1. Not finding help here? Sign up for a free 30min tutor trial with Chegg Tutors
    Dismiss Notice
Dismiss Notice
Join Physics Forums Today!
The friendliest, high quality science and math community on the planet! Everyone who loves science is here!

Current in a Complicated Circuit

  1. Aug 29, 2008 #1
    1. The problem statement, all variables and given/known data
    In the figure, the current of the circuit in the 8 ohm resistor is 0.5 A. What is the current in the 2 ohm resistor?

    Figure [​IMG]

    I'm trying to solve for the current in a complicated circuit. I'm given R1 = 16ohms, R2 = 8ohms, R3 = 20ohms, R4 = 6ohms, and R5 = 2ohms. Also, the question for the problem states that the current in R2 = 0.5 A

    2. Relevant equations
    Ohms Law: Potential Difference = Current(Resistance)
    Formula for Resistors in Series: Rt = R1 + R2 + R3...
    Formula for Resistors in Paralell: 1/Rt = 1/R1 + 1/R2 + 1/R3

    3. The attempt at a solution

    I'm not sure how to go about finding the current through R5 without knowing the voltage of the battery. But I think I may be able to figure this out by trying to compare R2's current with the entire circuit.

    Idea 1:
    R1 is twice R2, and being in parallel, R1 receives half R2's current.
    So R1 has a current of .25 A.
    Then from here somehow figure out how to find the current in R5.

    Idea 2:
    Using Ohm's law I can find the voltage in R2 V=0.5(8), V=4v.
    Then applying it to R5, 4v=I(2), I=8 A.
  2. jcsd
  3. Aug 29, 2008 #2


    User Avatar
    Staff Emeritus
    Science Advisor
    Gold Member

    You know the current through R2, it's given. You know the current through R1, as in your Idea 1. You thus know the total current through R3 (it's the sum of the currents through R1 and R2).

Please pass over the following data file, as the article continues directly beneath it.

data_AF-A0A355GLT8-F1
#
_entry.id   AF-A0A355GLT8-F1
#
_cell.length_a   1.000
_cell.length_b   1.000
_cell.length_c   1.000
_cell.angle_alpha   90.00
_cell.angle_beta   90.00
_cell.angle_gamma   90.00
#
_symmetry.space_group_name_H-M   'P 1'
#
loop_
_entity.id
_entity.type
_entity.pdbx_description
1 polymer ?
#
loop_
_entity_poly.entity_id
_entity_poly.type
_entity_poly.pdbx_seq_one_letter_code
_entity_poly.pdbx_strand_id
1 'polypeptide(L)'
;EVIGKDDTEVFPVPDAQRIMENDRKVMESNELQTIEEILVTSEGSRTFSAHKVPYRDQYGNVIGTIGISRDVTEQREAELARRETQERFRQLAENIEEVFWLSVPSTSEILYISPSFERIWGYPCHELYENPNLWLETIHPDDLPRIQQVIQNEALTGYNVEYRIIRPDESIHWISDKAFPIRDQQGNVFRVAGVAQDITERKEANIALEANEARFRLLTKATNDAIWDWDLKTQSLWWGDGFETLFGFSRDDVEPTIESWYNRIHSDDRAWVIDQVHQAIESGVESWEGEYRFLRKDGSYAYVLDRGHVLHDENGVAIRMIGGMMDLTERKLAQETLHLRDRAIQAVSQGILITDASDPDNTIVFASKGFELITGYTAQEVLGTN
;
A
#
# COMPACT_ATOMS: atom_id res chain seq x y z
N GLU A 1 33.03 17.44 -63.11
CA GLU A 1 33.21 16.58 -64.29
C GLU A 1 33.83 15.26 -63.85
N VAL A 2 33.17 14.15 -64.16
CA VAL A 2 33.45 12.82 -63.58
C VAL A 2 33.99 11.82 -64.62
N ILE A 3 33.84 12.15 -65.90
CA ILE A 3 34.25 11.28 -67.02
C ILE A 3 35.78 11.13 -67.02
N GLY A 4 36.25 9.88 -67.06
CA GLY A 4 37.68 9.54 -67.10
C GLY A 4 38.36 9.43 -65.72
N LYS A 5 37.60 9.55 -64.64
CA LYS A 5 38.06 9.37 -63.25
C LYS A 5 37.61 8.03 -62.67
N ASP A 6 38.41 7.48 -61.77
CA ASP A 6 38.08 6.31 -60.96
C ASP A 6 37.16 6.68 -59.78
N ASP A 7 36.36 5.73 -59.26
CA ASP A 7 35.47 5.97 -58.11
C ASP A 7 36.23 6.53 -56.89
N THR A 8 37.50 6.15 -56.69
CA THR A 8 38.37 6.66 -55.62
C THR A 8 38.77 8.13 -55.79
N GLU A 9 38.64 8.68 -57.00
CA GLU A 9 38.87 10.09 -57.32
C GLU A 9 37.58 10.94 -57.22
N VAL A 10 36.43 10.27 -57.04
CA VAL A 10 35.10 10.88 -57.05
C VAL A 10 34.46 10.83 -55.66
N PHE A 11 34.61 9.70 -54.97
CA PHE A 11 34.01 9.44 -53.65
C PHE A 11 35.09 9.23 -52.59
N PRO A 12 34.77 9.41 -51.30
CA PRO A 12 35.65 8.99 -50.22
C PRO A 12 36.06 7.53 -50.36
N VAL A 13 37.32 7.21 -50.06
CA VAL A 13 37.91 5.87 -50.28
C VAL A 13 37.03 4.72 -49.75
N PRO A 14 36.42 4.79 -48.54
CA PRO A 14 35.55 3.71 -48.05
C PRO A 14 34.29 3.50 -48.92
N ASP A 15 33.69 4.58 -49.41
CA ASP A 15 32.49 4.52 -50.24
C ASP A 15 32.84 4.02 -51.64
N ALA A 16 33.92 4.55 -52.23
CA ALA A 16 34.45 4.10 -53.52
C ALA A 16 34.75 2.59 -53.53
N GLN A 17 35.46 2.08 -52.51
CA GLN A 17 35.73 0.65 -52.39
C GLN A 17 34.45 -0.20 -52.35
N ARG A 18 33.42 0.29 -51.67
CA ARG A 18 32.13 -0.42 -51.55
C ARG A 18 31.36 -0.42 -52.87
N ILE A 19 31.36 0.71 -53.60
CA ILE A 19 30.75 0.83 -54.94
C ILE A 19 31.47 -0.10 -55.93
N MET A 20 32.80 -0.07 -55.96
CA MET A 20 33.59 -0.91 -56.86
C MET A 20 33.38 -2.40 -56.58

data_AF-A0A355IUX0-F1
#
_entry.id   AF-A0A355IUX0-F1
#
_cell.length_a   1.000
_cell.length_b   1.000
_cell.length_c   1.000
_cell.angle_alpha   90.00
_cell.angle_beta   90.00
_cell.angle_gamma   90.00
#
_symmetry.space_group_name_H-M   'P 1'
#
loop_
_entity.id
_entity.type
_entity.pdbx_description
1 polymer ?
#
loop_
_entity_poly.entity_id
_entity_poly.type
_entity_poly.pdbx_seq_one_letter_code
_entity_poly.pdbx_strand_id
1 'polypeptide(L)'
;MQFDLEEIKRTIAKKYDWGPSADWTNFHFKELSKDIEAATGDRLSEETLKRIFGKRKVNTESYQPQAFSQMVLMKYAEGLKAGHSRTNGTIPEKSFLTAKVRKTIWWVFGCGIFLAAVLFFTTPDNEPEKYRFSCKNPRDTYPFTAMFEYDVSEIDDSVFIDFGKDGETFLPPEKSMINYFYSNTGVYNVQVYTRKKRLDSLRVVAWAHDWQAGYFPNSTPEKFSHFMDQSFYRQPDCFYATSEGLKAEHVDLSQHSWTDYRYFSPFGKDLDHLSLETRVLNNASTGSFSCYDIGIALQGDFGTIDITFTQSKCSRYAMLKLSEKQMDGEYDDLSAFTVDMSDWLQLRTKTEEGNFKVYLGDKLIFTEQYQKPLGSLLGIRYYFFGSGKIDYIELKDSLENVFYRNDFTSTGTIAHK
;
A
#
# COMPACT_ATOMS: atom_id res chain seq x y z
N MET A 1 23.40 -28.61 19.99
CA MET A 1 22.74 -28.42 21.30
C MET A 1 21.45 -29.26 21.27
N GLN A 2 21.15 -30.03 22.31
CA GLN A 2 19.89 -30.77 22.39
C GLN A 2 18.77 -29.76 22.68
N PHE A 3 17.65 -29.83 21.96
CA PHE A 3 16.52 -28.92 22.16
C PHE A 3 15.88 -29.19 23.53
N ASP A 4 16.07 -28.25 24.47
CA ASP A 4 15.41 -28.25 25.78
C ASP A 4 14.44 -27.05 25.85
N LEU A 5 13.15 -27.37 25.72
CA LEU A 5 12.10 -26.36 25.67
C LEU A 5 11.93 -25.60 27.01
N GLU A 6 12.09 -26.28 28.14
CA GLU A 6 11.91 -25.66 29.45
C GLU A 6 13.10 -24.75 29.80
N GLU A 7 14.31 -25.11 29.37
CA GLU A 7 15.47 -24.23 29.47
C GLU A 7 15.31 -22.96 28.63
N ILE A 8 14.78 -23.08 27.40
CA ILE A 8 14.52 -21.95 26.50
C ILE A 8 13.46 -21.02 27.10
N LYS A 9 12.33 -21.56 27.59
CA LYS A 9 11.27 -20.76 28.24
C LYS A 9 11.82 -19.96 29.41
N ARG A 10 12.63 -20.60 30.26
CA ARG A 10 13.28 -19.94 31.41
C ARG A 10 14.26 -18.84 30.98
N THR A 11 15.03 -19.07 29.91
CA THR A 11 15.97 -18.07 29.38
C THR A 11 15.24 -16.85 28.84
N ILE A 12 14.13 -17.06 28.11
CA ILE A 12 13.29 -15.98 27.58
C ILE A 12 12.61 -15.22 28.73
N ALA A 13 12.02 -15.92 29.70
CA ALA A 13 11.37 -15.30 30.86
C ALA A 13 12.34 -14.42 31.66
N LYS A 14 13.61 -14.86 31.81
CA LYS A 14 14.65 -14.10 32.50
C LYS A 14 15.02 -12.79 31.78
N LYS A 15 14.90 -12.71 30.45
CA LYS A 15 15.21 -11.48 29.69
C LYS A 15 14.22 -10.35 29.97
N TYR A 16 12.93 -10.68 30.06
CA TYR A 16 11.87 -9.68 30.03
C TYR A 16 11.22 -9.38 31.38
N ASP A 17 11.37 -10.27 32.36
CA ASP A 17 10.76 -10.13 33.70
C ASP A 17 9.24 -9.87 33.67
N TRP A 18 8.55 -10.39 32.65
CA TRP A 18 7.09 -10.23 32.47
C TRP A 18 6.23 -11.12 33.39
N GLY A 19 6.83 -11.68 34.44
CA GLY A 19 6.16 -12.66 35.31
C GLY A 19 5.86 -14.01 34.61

You can use Ohm's law to find the voltage across R2, and the voltage across R3. The sum of those two voltage drops is the voltage from the battery. From there, it's pretty straightforward.

    Your idea 2 is incorrect, because the same voltage is not applied to R2 as to R5 -- these resistors have different nets at their right hand terminals! Instead, the voltage applied to the entire "subcircuit" of R1-3 is the same as that applied to the entire "subcircuit" of R4-5, because each of these "subcircuits" is wired in parallel to the battery.

    - Warren
  4. Aug 29, 2008 #3
    Alright so my reworked solution is as follows:

    Current of R1 = 1/2 Current of R2 so, Current of R1 = .25 A
    Current Through R3 = Current through R1 + R2 so, Current of R3 = .75 A
    Voltage through R2 = .5(8) = 4v
    Voltage through R3 = .75(20) = 15v
    Battery Voltage = 4v+15v = 19v

    V = IA
    19v = I(2)
    9.5 A = I
  5. Aug 29, 2008 #4


    User Avatar
    Homework Helper

    That looks right. Good job.
  6. Aug 29, 2008 #5
    Thank you both for the help. :approve:
Know someone interested in this topic? Share this thread via Reddit, Google+, Twitter, or Facebook

Have something to add?

Similar Discussions: Current in a Complicated Circuit